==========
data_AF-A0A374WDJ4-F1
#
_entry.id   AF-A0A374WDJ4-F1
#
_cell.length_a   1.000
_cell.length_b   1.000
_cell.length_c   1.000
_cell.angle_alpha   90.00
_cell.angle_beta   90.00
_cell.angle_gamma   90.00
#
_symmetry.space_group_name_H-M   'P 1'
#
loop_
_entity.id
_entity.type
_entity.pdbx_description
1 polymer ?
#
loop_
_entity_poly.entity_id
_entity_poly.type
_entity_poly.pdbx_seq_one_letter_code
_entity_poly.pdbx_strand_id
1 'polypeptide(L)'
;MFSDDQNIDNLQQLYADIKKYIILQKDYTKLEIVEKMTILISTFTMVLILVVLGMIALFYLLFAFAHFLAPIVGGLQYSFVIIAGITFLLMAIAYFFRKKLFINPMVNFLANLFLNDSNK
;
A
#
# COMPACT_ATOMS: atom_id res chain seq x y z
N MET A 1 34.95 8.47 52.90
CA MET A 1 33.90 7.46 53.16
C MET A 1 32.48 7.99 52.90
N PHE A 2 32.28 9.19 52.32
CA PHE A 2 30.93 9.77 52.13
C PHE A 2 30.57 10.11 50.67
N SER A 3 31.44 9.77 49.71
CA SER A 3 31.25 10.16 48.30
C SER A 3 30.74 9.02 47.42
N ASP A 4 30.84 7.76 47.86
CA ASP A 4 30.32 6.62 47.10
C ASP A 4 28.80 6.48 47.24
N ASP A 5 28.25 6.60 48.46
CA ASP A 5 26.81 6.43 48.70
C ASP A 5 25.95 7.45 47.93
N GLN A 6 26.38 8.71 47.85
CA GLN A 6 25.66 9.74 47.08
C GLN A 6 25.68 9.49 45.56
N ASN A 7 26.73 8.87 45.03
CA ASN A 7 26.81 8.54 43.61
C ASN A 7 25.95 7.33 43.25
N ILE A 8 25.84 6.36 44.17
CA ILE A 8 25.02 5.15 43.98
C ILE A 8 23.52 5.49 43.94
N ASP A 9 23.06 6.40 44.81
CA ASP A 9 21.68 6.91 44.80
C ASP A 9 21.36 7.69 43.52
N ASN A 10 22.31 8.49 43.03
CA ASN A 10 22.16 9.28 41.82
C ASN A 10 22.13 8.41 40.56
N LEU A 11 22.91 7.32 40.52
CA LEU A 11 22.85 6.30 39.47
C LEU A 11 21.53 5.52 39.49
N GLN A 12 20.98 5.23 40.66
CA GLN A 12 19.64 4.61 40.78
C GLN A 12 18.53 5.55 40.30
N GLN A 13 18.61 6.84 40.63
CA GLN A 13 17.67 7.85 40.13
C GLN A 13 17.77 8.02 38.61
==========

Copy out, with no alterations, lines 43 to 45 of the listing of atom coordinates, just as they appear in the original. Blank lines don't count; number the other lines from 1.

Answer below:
N ASP A 5 28.25 6.60 48.46
CA ASP A 5 26.81 6.43 48.70
C ASP A 5 25.95 7.45 47.93